Now in a Flood Zone, Residents of Gerritsen Beach Struggle to Stay Afloat

Tuesday, January 29, 2013

Residents of this Brooklyn neighborhood aren't happy that they're on the map.

Gerritsen Beach, a working-class Brooklyn neighborhood of low-slung bungalows hard hit by Sandy, is among the communities included in FEMA's updated flood maps released this week. The 35,000 homes and businesses in and around parts of New York City added to the flood zone may have to pay either higher flood insurance rates or raise their homes above sea level.

Jennifer Avena, 35, was born in Gerristen Beach. She said she can't afford to buy flood insurance right now.

"When I bought my house that was not in the arrangements," she said, standing outside her two-story clapboard home that took on nearly five feet of water during Sandy. "That wasn't in the budget. It wasn't in the pay checks to own our homes. And I don't know what I'm going to do."

All that's left of the first story of her home is the wooden frame, a metal sink on the floor and a dangling white shower head. It's uninhabitable and she's staying with her neighbor across the street. She will need to raise her home 11 feet above sea level in order to comply with the new flood maps, she said.

Her neighbor, Michael Murr, is in the midst of renovating his damaged basement and wonders what's the point?

"To sink money into repairing a house you may have to raise up, means you're demolishing a lot of what you just spent a lot of money to repair also not a sensible move," he said.

It's still unclear how these preliminary maps will affect individual flood insurance rates. But Murr, 49, worries his neighbors will be priced out the close-knit community. Many of them are retired city employees living on pensions. 

"It'll also accomplish turning these houses into unsellable or sellable only to contractors or developers or people with a lot of money," Murr said. 

Congress approved a more than $50 billion Sandy relief package, and residents of Gerritsen Beach hope some of that trickles down to them.

Listen to the audio above to hear WNYC's Amy Eddings ask Michael Byrne, FEMA's federal coordinating officer for New York, on the latest on the flood maps.

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Comments [3]

Justin from New Jersey

This story does listeners a disservice by not making the proper distinction between flood maps and requirements based on flood maps. There's no way to "comply with the new flood maps," as the story suggests, because they're just maps documenting ground elevations and flood zones. You can't comply with something that just records the facts as they are at the time the map was made. One might have to comply with government or insurer requirements based on those maps, but those requirements will vary from property to property. The audio version of the story is even less precise, referring to something vaguely termed "compliance codes." What the heck is a compliance code?!?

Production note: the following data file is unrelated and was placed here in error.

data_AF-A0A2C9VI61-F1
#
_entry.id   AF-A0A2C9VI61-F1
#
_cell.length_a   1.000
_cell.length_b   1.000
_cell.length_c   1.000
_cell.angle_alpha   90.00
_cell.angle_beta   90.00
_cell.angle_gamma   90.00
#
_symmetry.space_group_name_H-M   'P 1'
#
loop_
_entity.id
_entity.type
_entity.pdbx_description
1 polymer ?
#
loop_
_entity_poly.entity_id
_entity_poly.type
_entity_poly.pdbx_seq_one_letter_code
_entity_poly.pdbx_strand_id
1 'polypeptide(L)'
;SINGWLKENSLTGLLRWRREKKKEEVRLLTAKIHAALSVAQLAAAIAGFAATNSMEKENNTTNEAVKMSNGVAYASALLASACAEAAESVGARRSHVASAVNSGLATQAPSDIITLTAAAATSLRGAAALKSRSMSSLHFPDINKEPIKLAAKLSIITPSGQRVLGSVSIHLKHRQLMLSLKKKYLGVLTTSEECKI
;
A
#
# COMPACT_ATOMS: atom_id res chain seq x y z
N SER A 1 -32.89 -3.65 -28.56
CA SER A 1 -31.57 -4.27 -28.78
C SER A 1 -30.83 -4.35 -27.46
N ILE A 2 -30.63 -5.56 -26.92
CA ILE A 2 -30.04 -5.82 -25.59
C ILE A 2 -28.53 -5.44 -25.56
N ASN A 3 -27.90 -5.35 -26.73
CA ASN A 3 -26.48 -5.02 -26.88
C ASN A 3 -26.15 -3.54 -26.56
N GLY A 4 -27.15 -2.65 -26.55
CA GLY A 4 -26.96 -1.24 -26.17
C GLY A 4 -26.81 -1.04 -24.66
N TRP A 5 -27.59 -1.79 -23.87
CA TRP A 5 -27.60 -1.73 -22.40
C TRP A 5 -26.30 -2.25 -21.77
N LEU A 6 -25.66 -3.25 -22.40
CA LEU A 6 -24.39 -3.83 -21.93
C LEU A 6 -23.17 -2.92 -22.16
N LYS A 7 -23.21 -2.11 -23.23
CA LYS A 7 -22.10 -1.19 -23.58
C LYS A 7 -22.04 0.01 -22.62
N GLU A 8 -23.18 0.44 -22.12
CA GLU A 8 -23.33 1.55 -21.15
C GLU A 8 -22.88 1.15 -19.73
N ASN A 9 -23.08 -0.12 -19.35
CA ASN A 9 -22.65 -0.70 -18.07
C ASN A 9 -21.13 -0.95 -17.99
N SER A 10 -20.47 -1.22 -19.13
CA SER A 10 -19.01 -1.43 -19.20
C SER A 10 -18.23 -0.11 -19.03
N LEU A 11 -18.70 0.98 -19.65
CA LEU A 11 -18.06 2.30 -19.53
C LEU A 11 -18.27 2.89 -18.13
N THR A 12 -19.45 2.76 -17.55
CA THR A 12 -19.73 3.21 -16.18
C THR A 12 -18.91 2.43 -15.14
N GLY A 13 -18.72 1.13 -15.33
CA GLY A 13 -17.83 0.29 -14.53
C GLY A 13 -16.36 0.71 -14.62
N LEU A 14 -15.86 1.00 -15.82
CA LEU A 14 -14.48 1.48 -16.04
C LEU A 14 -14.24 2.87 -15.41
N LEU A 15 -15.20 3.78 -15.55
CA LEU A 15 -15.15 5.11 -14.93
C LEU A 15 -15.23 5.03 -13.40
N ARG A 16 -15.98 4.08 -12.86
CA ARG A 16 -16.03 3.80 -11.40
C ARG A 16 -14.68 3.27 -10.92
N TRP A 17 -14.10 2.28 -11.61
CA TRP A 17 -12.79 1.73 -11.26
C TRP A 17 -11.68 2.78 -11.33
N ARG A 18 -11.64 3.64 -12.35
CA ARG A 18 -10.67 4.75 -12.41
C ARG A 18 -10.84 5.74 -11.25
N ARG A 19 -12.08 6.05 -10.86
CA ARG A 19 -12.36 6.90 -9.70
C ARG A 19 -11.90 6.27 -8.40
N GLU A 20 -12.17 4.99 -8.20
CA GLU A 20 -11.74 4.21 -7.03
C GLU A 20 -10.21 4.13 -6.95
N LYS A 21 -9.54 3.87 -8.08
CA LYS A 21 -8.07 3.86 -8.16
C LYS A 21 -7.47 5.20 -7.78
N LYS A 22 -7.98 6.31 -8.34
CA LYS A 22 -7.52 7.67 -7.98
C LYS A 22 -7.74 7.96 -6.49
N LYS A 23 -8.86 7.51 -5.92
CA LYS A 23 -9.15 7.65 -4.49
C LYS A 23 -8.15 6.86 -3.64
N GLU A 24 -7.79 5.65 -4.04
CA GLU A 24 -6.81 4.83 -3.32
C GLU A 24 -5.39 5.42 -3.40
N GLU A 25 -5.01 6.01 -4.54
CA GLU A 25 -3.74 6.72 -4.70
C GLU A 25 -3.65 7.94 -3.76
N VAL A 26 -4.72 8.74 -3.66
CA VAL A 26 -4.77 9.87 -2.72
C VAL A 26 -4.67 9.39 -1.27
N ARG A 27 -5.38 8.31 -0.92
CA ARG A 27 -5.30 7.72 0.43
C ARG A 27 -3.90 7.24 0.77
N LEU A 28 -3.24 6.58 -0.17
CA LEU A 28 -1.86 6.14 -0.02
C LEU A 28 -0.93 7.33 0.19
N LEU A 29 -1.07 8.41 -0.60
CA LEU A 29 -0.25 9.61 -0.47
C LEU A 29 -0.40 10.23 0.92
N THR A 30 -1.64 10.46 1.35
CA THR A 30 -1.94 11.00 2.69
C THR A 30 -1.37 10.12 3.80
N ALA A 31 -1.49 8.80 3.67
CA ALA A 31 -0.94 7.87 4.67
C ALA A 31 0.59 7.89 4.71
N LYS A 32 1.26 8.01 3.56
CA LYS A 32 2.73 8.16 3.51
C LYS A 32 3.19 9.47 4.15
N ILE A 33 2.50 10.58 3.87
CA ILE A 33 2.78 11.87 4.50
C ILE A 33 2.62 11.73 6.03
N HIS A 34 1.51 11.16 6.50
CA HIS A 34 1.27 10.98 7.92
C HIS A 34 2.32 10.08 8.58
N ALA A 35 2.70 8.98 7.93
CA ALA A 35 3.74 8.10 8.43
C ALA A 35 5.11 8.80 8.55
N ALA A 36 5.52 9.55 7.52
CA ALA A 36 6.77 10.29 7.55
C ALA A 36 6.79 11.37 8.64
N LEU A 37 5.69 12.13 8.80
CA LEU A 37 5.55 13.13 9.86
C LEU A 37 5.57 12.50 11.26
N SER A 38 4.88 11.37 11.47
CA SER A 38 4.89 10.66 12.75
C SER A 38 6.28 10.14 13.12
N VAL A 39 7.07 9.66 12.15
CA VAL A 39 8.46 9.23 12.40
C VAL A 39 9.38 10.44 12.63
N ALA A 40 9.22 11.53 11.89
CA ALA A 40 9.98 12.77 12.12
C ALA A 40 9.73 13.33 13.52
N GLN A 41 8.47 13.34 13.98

Jan. 30 2013 08:49 AM
Kay from Brooklyn

*Many homes in Coney Island are part of the NYC and NYS program so people can afford homes. Therefore, homeowners are required to buy insurance since the gov't loan money out to help purchase those homes. Homeowners just happens to live in Coney Island because that's where homes are affordable

Jan. 29 2013 07:04 PM
Kay from Brooklyn

I think it is ridiculous for the gov't to expect home owners in FEMA's new flood zones to raise their home or start paying a higher premium for flood insurance. If you are currently restoring your home, money is already tight with the very little amount that insurance companies end up paying to rebuild if you have insurance; how do they expect home owners to raise their homes above a certain height? If they told people that right after the storm before people started to rebuild it would make more sense. I only see this as a way to get home owners to pay higher premiums to insurance companies without protest, especially when a lot of home owners here are required to purchase flood insurance (part of the State and NYC If they think people who live in Coney Island (except maybe people who are living in Sea Gate) can afford to do this, they must be kidding themselves.

Jan. 29 2013 06:54 PM

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